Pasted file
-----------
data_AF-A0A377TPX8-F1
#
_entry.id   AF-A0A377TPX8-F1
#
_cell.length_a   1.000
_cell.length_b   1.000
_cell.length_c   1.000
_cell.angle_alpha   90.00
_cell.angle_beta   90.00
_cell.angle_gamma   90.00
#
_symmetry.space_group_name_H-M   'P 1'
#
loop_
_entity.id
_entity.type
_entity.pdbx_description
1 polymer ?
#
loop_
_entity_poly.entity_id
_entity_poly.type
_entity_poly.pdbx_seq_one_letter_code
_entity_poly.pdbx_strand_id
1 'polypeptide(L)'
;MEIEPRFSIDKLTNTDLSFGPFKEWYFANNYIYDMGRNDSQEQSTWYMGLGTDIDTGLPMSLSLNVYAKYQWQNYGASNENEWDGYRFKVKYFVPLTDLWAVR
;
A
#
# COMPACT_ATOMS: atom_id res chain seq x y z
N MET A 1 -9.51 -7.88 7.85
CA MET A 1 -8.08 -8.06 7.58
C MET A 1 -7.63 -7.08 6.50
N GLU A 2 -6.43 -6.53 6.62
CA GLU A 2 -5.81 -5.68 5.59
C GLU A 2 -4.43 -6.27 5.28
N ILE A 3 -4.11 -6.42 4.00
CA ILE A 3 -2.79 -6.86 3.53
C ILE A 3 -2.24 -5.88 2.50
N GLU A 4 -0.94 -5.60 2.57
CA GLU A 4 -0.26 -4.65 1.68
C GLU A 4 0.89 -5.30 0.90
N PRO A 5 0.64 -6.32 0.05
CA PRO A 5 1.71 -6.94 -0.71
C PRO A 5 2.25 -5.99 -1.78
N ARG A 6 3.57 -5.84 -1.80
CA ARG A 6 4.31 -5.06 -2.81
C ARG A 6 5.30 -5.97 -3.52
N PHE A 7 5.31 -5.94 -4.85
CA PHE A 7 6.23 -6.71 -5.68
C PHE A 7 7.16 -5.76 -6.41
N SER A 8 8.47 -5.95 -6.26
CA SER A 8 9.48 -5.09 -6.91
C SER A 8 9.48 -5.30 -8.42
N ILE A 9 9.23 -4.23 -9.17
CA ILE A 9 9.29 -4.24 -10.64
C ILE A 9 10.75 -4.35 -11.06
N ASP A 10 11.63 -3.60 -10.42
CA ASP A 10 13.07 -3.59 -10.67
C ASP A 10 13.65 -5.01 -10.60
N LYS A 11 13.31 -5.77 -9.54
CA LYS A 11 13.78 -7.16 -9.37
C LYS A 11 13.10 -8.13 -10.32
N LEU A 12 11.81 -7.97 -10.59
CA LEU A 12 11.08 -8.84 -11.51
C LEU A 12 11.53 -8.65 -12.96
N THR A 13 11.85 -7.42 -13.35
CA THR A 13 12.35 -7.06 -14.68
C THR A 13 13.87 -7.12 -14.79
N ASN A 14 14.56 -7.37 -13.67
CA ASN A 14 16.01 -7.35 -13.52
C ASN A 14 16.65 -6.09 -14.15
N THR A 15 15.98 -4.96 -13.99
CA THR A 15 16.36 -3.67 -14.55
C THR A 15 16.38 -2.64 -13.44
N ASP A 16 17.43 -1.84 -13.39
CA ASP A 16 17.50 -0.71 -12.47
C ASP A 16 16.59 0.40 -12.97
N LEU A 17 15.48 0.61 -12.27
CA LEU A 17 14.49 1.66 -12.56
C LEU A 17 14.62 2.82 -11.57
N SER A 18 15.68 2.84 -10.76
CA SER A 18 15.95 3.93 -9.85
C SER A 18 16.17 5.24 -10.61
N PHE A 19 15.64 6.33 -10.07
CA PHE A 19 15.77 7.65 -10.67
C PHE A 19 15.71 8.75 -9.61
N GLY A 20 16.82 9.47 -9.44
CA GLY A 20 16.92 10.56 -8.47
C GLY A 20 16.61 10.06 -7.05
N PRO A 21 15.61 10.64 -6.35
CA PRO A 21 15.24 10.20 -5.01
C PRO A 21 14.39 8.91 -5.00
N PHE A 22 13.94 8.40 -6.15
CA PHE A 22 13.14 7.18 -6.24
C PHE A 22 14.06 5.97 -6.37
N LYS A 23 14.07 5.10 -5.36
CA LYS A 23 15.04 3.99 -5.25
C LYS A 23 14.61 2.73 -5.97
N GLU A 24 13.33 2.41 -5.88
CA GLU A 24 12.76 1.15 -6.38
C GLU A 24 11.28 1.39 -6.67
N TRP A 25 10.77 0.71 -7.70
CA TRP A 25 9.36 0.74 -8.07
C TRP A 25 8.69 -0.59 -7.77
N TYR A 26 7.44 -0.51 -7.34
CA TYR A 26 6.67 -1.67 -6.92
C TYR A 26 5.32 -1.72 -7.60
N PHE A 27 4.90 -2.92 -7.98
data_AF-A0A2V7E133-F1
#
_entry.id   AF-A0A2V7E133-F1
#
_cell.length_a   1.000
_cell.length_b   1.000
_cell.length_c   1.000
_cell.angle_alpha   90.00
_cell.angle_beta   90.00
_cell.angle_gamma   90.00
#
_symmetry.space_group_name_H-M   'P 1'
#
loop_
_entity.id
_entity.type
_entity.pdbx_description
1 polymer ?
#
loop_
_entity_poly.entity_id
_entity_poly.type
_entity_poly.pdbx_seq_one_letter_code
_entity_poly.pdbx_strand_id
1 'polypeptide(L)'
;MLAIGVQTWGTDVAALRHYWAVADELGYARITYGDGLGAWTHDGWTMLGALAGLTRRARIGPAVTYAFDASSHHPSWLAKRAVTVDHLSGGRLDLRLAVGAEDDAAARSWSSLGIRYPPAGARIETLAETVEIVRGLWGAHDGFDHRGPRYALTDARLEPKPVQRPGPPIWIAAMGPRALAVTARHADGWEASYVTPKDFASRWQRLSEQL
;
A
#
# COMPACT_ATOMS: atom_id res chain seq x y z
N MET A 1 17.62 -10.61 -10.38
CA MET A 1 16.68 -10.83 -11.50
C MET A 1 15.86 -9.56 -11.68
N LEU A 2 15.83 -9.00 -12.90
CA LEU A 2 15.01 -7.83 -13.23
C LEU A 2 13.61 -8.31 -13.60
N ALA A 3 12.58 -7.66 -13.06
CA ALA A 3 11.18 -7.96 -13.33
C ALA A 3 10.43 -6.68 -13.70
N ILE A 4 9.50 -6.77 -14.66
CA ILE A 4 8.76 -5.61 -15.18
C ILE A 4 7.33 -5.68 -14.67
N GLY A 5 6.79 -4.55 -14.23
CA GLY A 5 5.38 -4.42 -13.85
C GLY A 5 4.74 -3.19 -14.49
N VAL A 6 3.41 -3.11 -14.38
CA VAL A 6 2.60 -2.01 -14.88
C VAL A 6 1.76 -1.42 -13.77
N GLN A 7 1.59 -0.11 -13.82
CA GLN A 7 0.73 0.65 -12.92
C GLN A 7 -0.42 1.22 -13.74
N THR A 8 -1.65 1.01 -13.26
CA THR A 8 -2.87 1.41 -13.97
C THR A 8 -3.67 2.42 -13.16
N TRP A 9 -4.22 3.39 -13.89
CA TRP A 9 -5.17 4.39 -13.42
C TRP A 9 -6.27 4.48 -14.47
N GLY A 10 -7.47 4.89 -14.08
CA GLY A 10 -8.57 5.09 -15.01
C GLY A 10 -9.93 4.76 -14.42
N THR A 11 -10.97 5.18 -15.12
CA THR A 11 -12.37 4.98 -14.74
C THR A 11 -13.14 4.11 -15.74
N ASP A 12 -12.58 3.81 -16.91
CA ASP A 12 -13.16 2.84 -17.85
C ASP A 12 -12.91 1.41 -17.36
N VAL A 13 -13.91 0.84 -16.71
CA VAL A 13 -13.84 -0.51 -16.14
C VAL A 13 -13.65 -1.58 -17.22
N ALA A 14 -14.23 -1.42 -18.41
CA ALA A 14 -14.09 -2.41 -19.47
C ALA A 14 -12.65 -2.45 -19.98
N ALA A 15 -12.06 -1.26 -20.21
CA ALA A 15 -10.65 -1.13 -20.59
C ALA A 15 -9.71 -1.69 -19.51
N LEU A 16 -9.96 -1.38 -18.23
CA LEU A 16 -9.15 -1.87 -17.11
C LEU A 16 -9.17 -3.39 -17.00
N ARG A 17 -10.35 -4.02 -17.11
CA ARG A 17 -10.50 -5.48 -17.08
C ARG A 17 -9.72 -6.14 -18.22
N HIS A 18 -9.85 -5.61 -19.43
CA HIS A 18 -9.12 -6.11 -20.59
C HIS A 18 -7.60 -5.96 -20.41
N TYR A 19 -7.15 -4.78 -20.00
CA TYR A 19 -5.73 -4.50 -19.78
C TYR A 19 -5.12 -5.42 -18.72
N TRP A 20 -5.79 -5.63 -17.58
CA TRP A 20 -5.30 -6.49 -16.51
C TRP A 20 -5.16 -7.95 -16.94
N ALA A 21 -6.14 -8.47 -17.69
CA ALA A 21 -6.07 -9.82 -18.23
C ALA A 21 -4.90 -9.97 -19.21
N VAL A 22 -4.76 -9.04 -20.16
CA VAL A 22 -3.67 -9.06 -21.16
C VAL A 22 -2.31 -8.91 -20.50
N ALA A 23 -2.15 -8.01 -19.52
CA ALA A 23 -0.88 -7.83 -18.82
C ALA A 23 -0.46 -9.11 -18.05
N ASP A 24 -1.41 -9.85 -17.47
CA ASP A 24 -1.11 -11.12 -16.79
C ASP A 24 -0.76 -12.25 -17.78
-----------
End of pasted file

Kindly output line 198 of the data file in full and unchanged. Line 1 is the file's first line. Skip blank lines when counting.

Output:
CA TRP A 20 -5.30 -6.49 -16.51